In her longer essays, Rose's love of tangents constantly threatens to destabilise her arguments. Perhaps she would respond that she isn't aiming at coherence, that she believes that criticism, no less than literature, should be allowed to remain a little puzzling. But there is a difference between complexity and obscurity, and the best writers don't forget that. By far the best criticism I have read in recent years - The Broken Estate by James Wood, or Nobody's Perfect by Anthony Lane, or Geoff Dyer's book on DH Lawrence - has come not from academia, but from critics who work as journalists and who combine complexity of thought with a dazzlingly direct style.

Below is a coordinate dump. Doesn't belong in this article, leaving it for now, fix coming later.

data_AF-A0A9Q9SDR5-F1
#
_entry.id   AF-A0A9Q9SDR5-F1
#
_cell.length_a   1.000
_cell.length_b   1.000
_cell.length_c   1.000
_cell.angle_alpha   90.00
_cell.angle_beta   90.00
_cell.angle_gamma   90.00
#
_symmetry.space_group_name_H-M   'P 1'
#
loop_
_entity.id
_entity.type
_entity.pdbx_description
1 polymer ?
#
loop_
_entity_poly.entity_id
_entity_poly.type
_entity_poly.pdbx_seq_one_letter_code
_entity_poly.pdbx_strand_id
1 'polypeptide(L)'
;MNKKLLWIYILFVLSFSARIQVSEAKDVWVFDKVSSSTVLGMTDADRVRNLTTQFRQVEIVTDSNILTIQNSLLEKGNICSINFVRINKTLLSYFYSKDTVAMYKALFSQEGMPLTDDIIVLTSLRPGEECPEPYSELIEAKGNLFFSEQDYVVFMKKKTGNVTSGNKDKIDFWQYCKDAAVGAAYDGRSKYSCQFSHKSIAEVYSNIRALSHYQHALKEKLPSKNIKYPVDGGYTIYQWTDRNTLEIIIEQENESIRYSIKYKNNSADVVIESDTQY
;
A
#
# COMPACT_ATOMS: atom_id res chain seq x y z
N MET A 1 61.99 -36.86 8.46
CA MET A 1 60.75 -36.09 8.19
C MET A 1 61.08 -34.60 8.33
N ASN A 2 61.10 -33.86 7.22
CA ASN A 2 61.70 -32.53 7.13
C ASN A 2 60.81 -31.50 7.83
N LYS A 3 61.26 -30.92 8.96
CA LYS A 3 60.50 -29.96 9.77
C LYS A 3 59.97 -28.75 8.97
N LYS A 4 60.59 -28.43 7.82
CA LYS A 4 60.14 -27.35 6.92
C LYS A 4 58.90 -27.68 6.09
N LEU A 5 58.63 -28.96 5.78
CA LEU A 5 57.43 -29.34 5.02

Natasha Walter, Review of Jacqueline Rose's On Not Being Able to Sleep, Guardian, 22/ 02/ 2003